Montoya was “laser-focused” each and every day, playing with a drive and a passion for the game and his assignments, said Mark Massari, a star linebacker for the Crushers who went on to play for Sacramento State for four years.
“Kevin fought tough out there,” said Massari, a 1987 VHS graduate. “I thought Kevin epitomized kind of that whole team – a bunch of unselfish, hard-working people. Kevin had a good motor and got the most out of his talent. I really believe Kevin was a strong piece of that ’86 team. That was a special time for Vintage.
“I thought Kevin touched a lot of lives in high school, reached out to a lot of different people. I know he loved his Vintage family. I know he loved being from Napa. I have some fond memories of Kevin and those times.”
Montoya was twice named to the All-Napa County team for Vintage. He was also named to the All-Monticello Empire League team and played in the East-West Charity All-Star Classic, a mid-summer game that no longer exists.
In an Aug. 24, 1987 story in the Napa Valley Register, Montoya talked about the championship season at Vintage, saying: “We had it in our hearts that we were going to win it. We knew we had it. Ever since the ninth grade we talked about it. We knew when we were seniors that we’d be there. It was just a dream that we had since we were freshmen. Everything went our way. It was excellent.”
Montoya loved football and being on a team and representing Vintage, said his sister, Melanie Montoya Blackmon of Napa.
“He’s always been a football guy. He loved the camaraderie with the guys and the pride of representing something,” she said.
“My dad (the late Bob Montoya) was super proud of him. You could always hear my dad in the stands yelling, whether it was at my basketball games or Kevin’s football games.”
Kevin Montoya worked with his father and other family members at Candlestick Park as a vendor at San Francisco 49ers and San Francisco Giants games.
“He was 49er faithful,” said Montoya Blackmon, a 1992 Vintage graduate.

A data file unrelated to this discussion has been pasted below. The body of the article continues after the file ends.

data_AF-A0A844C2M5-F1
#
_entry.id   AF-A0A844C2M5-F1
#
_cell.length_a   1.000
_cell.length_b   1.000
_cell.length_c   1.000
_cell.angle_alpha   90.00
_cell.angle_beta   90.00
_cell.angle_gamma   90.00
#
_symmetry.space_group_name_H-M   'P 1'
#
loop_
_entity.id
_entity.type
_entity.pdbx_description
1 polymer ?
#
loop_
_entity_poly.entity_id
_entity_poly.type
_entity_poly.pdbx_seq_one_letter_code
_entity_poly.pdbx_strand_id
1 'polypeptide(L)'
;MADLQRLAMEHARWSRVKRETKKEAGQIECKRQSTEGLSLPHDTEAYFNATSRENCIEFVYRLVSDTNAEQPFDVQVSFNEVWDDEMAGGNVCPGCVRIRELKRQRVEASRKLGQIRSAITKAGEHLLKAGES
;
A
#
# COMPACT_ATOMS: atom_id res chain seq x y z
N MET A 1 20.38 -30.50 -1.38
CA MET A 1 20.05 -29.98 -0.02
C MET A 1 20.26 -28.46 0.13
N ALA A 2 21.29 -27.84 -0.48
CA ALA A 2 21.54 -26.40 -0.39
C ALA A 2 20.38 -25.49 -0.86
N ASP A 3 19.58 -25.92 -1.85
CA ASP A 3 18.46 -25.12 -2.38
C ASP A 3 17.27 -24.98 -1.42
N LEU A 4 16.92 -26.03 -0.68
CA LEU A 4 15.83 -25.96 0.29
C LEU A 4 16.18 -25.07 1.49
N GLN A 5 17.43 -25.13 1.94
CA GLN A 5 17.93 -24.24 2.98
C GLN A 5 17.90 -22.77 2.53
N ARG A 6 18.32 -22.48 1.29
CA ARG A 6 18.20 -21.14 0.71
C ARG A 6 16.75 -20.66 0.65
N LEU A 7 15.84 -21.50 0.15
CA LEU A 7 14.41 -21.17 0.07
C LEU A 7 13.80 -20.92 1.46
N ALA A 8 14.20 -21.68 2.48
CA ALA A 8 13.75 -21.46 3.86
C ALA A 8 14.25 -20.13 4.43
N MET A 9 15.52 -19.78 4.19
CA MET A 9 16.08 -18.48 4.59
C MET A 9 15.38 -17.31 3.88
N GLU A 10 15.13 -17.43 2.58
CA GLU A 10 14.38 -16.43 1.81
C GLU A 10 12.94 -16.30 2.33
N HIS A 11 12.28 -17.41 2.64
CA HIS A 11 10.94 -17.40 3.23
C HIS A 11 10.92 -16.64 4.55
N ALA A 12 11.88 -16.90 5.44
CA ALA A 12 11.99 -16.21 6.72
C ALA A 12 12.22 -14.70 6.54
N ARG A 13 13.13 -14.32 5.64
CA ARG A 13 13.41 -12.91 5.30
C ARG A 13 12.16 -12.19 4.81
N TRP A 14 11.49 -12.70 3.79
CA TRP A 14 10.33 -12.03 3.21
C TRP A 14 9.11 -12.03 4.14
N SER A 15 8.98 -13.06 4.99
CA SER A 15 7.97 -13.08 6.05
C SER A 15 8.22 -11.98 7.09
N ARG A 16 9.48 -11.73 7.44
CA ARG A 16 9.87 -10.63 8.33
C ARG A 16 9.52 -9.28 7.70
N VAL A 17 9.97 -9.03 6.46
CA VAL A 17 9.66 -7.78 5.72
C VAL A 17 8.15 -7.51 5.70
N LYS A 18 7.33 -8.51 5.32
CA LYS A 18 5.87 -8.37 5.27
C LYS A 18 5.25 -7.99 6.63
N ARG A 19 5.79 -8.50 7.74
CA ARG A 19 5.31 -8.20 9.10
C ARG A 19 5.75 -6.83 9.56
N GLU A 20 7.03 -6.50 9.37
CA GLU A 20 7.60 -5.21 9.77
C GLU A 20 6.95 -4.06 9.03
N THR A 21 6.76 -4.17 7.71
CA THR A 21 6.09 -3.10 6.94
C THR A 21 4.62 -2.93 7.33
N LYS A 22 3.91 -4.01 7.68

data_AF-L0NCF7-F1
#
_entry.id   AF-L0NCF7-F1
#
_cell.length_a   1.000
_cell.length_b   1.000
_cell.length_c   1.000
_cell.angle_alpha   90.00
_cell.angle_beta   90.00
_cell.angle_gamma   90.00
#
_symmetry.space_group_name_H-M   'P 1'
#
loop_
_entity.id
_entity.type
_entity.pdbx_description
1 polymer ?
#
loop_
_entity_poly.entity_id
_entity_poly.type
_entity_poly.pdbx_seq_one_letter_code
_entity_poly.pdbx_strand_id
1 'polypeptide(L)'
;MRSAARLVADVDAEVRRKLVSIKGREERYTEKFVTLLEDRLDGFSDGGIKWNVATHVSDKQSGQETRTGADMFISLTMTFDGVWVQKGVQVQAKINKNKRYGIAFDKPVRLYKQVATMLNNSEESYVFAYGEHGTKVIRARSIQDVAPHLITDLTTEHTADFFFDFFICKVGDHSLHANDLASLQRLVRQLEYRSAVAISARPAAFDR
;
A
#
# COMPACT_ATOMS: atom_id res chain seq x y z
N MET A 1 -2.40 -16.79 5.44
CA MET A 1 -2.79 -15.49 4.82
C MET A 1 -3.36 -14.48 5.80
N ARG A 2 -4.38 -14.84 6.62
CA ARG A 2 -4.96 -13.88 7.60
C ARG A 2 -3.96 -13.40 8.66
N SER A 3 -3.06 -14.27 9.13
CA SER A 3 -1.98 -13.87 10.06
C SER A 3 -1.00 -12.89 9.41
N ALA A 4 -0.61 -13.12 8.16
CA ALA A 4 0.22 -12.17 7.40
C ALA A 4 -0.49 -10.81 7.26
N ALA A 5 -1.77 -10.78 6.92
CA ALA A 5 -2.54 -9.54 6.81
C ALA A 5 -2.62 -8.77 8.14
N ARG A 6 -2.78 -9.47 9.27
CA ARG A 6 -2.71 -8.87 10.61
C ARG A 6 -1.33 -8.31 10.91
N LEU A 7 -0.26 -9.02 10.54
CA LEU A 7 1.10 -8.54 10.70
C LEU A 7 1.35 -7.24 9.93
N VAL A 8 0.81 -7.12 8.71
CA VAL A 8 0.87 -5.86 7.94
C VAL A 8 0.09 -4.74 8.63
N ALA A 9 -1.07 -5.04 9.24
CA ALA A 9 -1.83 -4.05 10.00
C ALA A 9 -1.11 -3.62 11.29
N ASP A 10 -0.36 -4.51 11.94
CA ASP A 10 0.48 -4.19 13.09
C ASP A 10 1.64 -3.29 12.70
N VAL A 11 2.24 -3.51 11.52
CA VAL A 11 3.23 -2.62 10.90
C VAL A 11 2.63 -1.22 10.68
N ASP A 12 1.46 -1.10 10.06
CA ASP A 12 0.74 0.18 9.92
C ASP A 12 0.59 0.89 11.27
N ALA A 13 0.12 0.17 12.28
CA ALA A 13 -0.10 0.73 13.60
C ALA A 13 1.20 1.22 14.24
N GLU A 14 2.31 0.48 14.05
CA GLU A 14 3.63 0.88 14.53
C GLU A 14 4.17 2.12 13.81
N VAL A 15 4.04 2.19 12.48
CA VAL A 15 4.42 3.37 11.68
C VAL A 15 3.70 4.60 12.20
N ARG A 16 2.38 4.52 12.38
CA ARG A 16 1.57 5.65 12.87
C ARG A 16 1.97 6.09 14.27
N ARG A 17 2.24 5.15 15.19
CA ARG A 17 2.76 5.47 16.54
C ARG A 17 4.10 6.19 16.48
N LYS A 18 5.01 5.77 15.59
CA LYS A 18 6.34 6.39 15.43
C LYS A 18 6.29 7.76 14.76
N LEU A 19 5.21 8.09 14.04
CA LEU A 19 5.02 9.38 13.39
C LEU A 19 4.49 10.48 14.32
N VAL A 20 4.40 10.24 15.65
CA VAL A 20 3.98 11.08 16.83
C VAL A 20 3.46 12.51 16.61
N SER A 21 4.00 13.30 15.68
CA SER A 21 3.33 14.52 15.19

Montoya continued in football, going on to play in college for two years at San Francisco State as a linebacker.
He shined as a sophomore for the Gators, making 118 tackles with two fumble recoveries, four blocked extra-point attempts, two sacks and forcing a fumble.
He earned “Defensive Scout Team Player of the Week” honors during his days at San Francisco State.
His career ended due to an injury his first season as a walk-on after transferring to UNLV, where he studied hotel management.
Montoya then transferred to UC Berkeley and graduated in 1992 from Cal with a degree in economics. He was a member of the Theta Delta Chi fraternity.
“I definitely know he loved being a Cal Bear,” said Massari, a resident of Lake Oswego, Oregon.
Massari works in university marketing, primarily with the West Coast Conference, for Van Wagner Sports & Entertainment, a sports marketing and media sales organization. Massari was director of athletics at UC Santa Barbara from 2008-2014, and also worked in athletic administration for several years at Oregon State.
Montoya worked as a stock broker and in financial services, and later in his life went into acting, directing and advertising work.
“He loved life. He didn’t want to leave this life,” said Montoya Blackmon. “He’s too young. He enjoyed everything that he did, and he’s done it all. He’s done so much.”
Kevin Montoya is survived by his two children, Robert Montoya and Katherine Montoya; his sister, Melanie Montoya Blackmon; his brother, Steven Montoya; a nephew, Max Montoya; and two nieces, Malia Blackmon and Jordan Blackmon.
Seama, New Mexico
A burial service and ceremony will take place later in the spring at the old Indian cemetery in Seama, New Mexico. It’s the site of the Laguna Indian village, on tribal land. Montoya is with the tribal group, Lagunas.
“It’s what we call home,” said Montoya Blackmon. “It’s home for us.”
Montoya Blackmon said a cousin of hers, Jennifer Montoya, “told me to tell (Kevin) the spirits say it is OK for him to come home.”